Kakamega small claims court clears 1,000 cases

Courts are awake to speedy dispensation of justice on small claims. [iStockphoto]

Kakamega Small Claims Court has determined 1,000 out of the 1,200 cases filed since May last year when it came into operation.

Speaking during the swearing-in of two adjudicators (magistrates) for the court’s division, Kakamega Resident Judge Dalmus Ohungo said the courts are awake to their desire for speedy dispensation of justice on small claims.

“We loud the milestone which is in line with the Small Claims Court Act, 2016, that is, to enhance the access to and expeditious delivery of justice and provide a platform within the justice system where civil and commercial disputes whose value does not exceed Sh1 million are dealt with in a simple, efficient and cost-efficient manner,” he said at the Kakamega Law Courts on Monday.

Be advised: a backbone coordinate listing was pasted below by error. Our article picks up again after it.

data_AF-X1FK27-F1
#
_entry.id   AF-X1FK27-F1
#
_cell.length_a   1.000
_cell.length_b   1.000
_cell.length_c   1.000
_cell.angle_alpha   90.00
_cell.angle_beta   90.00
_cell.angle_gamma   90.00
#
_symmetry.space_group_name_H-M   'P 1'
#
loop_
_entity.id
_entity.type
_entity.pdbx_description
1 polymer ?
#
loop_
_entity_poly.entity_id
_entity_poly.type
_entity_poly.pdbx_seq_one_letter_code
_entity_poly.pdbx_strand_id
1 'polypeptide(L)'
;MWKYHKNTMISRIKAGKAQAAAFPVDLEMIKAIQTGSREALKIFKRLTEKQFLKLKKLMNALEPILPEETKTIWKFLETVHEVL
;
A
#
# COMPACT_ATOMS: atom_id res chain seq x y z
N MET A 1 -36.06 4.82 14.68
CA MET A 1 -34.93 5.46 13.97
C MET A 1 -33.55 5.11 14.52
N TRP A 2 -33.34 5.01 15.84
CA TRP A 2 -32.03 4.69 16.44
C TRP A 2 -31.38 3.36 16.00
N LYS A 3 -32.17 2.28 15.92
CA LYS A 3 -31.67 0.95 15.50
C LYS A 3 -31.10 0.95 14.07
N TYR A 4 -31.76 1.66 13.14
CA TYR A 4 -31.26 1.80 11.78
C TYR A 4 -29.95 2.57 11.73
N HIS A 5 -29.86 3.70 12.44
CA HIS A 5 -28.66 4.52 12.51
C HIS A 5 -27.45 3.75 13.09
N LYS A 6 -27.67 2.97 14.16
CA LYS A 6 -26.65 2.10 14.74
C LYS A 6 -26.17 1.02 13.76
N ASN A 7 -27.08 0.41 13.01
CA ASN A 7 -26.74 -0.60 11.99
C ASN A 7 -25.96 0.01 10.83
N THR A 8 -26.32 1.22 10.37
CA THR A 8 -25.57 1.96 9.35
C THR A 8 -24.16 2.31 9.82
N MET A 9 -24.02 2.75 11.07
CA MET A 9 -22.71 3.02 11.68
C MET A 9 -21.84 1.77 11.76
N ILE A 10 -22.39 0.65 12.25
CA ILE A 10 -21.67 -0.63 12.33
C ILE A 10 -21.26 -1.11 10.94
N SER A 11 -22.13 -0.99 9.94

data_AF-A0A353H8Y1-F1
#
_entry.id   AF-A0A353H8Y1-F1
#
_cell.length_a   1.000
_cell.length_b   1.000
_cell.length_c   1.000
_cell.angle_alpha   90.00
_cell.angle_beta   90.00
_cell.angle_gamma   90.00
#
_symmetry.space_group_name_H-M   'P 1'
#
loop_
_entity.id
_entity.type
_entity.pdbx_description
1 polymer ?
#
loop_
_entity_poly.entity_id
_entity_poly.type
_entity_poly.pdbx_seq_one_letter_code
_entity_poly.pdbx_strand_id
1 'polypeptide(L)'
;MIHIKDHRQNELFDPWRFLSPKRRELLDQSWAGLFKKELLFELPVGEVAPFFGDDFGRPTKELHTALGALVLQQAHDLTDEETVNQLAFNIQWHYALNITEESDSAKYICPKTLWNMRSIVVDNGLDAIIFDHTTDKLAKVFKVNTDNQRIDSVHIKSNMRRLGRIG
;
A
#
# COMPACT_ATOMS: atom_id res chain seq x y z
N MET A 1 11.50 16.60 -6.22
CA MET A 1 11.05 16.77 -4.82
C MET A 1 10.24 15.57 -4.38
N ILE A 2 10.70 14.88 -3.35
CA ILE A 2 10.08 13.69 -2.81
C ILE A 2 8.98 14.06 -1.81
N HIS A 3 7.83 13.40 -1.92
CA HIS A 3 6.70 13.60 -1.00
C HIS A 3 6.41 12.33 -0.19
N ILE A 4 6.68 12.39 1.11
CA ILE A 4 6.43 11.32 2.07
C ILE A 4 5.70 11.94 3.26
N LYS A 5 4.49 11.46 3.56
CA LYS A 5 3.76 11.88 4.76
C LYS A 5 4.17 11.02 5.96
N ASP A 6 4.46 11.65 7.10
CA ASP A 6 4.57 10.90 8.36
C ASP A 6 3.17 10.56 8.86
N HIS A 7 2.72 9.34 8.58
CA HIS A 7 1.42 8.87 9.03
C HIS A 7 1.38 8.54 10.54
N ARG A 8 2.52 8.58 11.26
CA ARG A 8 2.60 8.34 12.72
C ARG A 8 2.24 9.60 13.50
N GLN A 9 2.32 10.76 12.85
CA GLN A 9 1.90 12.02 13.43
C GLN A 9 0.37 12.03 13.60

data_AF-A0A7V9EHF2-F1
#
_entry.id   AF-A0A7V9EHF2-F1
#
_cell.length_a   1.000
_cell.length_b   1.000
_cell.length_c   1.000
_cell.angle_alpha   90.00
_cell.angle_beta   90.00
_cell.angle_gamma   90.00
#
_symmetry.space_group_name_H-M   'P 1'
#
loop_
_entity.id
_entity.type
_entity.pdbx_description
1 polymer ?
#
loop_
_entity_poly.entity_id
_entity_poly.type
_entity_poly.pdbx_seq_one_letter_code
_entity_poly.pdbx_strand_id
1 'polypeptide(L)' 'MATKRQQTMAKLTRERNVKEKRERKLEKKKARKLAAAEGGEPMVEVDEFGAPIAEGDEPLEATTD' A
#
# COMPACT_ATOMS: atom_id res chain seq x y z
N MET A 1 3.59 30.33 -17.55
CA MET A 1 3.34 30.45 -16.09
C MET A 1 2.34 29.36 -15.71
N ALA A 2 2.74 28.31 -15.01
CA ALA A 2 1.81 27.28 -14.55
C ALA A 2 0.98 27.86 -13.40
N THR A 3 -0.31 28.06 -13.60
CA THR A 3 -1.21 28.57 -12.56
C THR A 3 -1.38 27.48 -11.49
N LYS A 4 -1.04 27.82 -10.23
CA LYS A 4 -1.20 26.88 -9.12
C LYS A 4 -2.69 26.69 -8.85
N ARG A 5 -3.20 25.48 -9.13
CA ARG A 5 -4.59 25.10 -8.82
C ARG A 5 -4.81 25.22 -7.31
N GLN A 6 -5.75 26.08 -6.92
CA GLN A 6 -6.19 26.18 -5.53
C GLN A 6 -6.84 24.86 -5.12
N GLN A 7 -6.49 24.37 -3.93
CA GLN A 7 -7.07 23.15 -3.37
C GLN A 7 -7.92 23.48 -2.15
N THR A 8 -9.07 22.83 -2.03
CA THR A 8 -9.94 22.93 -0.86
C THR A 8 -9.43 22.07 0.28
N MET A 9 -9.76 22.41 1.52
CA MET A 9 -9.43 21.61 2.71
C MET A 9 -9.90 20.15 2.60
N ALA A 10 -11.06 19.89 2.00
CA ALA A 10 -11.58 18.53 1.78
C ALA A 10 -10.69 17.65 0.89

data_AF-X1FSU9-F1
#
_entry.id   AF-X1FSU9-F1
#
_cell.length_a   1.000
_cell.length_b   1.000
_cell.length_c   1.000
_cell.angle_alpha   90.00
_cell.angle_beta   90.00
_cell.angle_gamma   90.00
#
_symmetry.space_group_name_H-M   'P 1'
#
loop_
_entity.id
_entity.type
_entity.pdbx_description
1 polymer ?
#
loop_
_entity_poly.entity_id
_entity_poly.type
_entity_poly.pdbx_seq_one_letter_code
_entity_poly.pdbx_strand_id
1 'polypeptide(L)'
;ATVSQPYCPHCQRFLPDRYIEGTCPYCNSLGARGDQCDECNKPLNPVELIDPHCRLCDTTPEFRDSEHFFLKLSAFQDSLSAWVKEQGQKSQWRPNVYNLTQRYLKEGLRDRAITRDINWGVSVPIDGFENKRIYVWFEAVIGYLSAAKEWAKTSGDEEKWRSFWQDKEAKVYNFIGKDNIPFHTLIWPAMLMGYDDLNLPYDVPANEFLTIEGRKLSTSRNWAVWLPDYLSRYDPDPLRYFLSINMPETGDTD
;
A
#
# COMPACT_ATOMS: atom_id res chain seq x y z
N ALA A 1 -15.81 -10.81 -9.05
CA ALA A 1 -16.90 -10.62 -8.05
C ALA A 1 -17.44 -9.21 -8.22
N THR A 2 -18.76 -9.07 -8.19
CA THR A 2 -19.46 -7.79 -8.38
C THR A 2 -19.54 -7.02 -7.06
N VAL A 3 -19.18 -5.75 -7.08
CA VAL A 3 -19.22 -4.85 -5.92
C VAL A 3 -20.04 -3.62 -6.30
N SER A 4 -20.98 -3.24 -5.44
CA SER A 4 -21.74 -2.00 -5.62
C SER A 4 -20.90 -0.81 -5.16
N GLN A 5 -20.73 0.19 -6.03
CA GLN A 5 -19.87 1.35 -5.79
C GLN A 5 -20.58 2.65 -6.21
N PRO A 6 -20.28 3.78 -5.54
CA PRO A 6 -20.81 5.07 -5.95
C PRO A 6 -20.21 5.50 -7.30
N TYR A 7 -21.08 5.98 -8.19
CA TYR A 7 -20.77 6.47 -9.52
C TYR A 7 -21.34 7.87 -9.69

The judge, who was accompanied by Justices Patrick Otieno and Chebet Chirchir, explained that unlike the regular courts, the Small Claims Court was characterized by simplicity of the procedure, cost-effectiveness and speedy resolution of disputes, thereby enhancing delivery of justice.

The judges said the courts would also enhance the ease of doing business in the country by creating an enabling environment for the Small and Medium Enterprises (SMEs) to thrive by reducing the cost and time for enforcement of commercial disputes.

Two adjudicators, Caroline Cheruiyot and Jackline Muthoni Ojwang’ noted that the cost of filing a case in the courts ranges from Sh200 to 1,000, and litigants don't necessarily need a lawyer to represent them as the courts operate in a simpler way.

Hefty court fees, the complexity of procedures and delays in the determination of cases have been cited as barriers to access to justice, more so to the marginalized, vulnerable and those with complex needs.

“The courts offer basic or if you like, community level justice the reason you will see vegetable vendors, your average business, person walk in and get justice within 60 days,” said Cheruiyot.

She said that in their short existence, the Small Claims Court has achieved social inclusion by ensuring all persons have equal access to fair and timely justice.